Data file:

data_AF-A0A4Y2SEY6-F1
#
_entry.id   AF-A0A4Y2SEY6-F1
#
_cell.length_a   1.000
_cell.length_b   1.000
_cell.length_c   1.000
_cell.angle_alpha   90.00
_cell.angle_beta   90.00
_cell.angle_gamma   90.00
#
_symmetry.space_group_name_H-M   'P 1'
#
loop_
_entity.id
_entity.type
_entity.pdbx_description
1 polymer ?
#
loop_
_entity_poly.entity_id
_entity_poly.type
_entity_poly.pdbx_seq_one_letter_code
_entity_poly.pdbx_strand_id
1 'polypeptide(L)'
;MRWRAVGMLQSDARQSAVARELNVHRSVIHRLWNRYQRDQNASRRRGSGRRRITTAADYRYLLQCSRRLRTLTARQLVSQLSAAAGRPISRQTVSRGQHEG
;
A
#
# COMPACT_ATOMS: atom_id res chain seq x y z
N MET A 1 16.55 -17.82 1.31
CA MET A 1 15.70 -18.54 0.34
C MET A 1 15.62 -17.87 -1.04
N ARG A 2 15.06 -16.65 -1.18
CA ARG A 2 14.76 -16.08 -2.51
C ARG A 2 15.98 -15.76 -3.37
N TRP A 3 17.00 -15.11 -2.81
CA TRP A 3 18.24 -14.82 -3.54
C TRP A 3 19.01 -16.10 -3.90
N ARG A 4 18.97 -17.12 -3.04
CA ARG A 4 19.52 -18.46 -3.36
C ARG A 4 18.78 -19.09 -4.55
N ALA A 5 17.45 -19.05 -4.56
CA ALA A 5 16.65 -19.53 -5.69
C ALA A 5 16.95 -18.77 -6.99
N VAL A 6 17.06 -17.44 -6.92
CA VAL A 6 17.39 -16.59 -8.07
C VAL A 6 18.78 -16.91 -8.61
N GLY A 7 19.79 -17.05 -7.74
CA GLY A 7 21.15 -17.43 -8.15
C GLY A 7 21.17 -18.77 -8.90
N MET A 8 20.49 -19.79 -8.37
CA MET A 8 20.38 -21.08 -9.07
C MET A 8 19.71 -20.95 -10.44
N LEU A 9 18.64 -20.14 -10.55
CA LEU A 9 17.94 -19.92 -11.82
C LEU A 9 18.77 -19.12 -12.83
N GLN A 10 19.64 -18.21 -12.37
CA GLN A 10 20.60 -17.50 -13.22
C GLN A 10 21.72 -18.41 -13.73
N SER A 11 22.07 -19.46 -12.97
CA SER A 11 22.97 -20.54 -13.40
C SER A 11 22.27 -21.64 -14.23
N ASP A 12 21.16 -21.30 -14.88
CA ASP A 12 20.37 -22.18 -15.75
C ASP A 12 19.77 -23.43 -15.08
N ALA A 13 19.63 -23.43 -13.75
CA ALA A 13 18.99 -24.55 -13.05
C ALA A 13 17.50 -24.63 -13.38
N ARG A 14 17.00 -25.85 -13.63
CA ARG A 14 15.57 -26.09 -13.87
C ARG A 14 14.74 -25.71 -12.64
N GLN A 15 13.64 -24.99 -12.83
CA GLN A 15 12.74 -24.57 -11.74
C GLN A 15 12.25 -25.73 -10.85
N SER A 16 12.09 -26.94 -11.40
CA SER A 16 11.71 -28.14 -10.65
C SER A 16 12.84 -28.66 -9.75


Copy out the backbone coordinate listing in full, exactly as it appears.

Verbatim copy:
data_AF-A0A4Y2SEY6-F1
#
_entry.id   AF-A0A4Y2SEY6-F1
#
_cell.length_a   1.000
_cell.length_b   1.000
_cell.length_c   1.000
_cell.angle_alpha   90.00
_cell.angle_beta   90.00
_cell.angle_gamma   90.00
#
_symmetry.space_group_name_H-M   'P 1'
#
loop_
_entity.id
_entity.type
_entity.pdbx_description
1 polymer ?
#
loop_
_entity_poly.entity_id
_entity_poly.type
_entity_poly.pdbx_seq_one_letter_code
_entity_poly.pdbx_strand_id
1 'polypeptide(L)'
;MRWRAVGMLQSDARQSAVARELNVHRSVIHRLWNRYQRDQNASRRRGSGRRRITTAADYRYLLQCSRRLRTLTARQLVSQLSAAAGRPISRQTVSRGQHEG
;
A
#
# COMPACT_ATOMS: atom_id res chain seq x y z
N MET A 1 16.55 -17.82 1.31
CA MET A 1 15.70 -18.54 0.34
C MET A 1 15.62 -17.87 -1.04
N ARG A 2 15.06 -16.65 -1.18
CA ARG A 2 14.76 -16.08 -2.51
C ARG A 2 15.98 -15.76 -3.37
N TRP A 3 17.00 -15.11 -2.81
CA TRP A 3 18.24 -14.82 -3.54
C TRP A 3 19.01 -16.10 -3.90
N ARG A 4 18.97 -17.12 -3.04
CA ARG A 4 19.52 -18.46 -3.36
C ARG A 4 18.78 -19.09 -4.55
N ALA A 5 17.45 -19.05 -4.56
CA ALA A 5 16.65 -19.53 -5.69
C ALA A 5 16.95 -18.77 -6.99
N VAL A 6 17.06 -17.44 -6.92
CA VAL A 6 17.39 -16.59 -8.07
C VAL A 6 18.78 -16.91 -8.61
N GLY A 7 19.79 -17.05 -7.74
CA GLY A 7 21.15 -17.43 -8.15
C GLY A 7 21.17 -18.77 -8.90
N MET A 8 20.49 -19.79 -8.37
CA MET A 8 20.38 -21.08 -9.07
C MET A 8 19.71 -20.95 -10.44
N LEU A 9 18.64 -20.14 -10.55
CA LEU A 9 17.94 -19.92 -11.82
C LEU A 9 18.77 -19.12 -12.83
N GLN A 10 19.64 -18.21 -12.37
CA GLN A 10 20.60 -17.50 -13.22
C GLN A 10 21.72 -18.41 -13.73
N SER A 11 22.07 -19.46 -12.97
CA SER A 11 22.97 -20.54 -13.40
C SER A 11 22.27 -21.64 -14.23
N ASP A 12 21.16 -21.30 -14.88
CA ASP A 12 20.37 -22.18 -15.75
C ASP A 12 19.77 -23.43 -15.08
N ALA A 13 19.63 -23.43 -13.75
CA ALA A 13 18.99 -24.55 -13.05
C ALA A 13 17.50 -24.63 -13.38
N ARG A 14 17.00 -25.85 -13.63
CA ARG A 14 15.57 -26.09 -13.87
C ARG A 14 14.74 -25.71 -12.64
N GLN A 15 13.64 -24.99 -12.83
CA GLN A 15 12.74 -24.57 -11.74
C GLN A 15 12.25 -25.73 -10.85
N SER A 16 12.09 -26.94 -11.40
CA SER A 16 11.71 -28.14 -10.65
C SER A 16 12.84 -28.66 -9.75